Major Anthony thought it was all very amusing. He had an idea that no soldier was really a soldier until he had been put on a charge and clobbered by his OC. Several weeks later, I went on a few days’ leave with my mate Tony. We overstayed our leave by two days, and when we came back were paraded separately in front of Anthony to explain our absence. Tony, with far more cunning than I, said that he had become engaged to a local girl and had taken the extra two days off because he was besotted with love and could not resist her charms. Anthony awarded him seven days’ CB, saying that he understood the position but couldn’t have his Signallers absenting themselves whenever a beautiful girl beckoned.
When I was paraded before Anthony, he asked me what I had to say for myself, and rather stupidly, instead of concocting a plausible story and thus pulling the wool over his eyes, I told him shortly that I was sick and tired of being mucked about by the army, and when I found myself in such congenial company at Tony’s place at Stoke-on-Trent, I had decided to stay for a while and have a rest from it all.
I had expected a reaction, but not the one I got. Anthony went red, white and purple and seemed as if he was about to take a stroke. Frothing slightly at the mouth, his voice rising to a squeak, he told me that I was a horrible bloody man, irresponsible and unreliable, and ought to be ashamed of myself. His rage was so great that I thought that I had gone too far and would cop a month in the glasshouse. However, he eventually calmed himself, and after a few moments’ silence said in an almost normal voice which shook only slightly that I should be confined to barracks for seven days with my friend Tony T and that we should both peel spuds for the whole of the camp and do other various nasty chores such as cleaning out latrines for that period.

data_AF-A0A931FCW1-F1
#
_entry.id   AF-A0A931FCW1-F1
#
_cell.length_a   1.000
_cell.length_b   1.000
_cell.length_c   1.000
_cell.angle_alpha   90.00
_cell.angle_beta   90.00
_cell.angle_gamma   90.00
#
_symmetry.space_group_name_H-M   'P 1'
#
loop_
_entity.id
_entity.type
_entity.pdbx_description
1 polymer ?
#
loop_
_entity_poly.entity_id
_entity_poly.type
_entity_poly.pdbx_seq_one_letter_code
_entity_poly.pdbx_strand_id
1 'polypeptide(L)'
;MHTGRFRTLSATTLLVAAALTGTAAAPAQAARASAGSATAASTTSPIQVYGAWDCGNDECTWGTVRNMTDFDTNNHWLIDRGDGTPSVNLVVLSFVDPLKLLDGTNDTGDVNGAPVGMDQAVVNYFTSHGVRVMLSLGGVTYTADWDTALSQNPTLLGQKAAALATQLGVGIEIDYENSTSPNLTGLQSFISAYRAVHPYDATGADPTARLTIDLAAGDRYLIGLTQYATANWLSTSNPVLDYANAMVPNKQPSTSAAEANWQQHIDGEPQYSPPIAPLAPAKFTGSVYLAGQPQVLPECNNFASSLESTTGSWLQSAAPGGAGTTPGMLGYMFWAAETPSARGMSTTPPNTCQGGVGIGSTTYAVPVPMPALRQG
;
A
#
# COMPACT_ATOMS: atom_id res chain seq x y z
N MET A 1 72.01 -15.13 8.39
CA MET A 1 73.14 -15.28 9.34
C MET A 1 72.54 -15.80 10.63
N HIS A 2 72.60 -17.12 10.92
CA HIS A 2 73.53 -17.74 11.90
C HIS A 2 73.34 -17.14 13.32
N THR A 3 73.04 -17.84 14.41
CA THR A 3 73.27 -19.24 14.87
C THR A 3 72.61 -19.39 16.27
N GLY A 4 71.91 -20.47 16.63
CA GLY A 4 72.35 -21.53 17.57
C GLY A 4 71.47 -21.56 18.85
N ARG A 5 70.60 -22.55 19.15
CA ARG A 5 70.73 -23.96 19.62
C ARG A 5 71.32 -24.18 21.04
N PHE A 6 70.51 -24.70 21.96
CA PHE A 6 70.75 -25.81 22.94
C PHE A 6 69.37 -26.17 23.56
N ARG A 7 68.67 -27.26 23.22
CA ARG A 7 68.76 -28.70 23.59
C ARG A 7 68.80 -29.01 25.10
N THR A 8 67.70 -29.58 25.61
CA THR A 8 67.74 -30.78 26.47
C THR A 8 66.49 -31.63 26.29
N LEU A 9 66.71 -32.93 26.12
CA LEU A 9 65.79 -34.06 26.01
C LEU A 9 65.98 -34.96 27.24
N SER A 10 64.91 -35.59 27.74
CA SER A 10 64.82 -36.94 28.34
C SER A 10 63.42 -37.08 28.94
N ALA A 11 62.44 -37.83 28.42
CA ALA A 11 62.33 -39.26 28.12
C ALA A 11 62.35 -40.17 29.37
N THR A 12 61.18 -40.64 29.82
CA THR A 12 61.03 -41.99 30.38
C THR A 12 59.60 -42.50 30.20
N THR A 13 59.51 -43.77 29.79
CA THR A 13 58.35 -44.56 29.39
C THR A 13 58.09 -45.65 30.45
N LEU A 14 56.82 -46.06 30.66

I felt with some satisfaction that this time I had got something back in return for being put on a charge, that I had in some fashion evened the score for my unjust incarceration at York. But Tony was glum and dispirited. As we sat peeling potatoes at night, he would pick up a spud, look at it moodily, then suddenly jam his knife into it savagely, saying as he did so, “You bastard!” I knew that he was talking about Major Anthony.
“I’ll get even with the bastard,” said Tony.
“But how will you do it?”
“I’ll work something out. You’ll see.”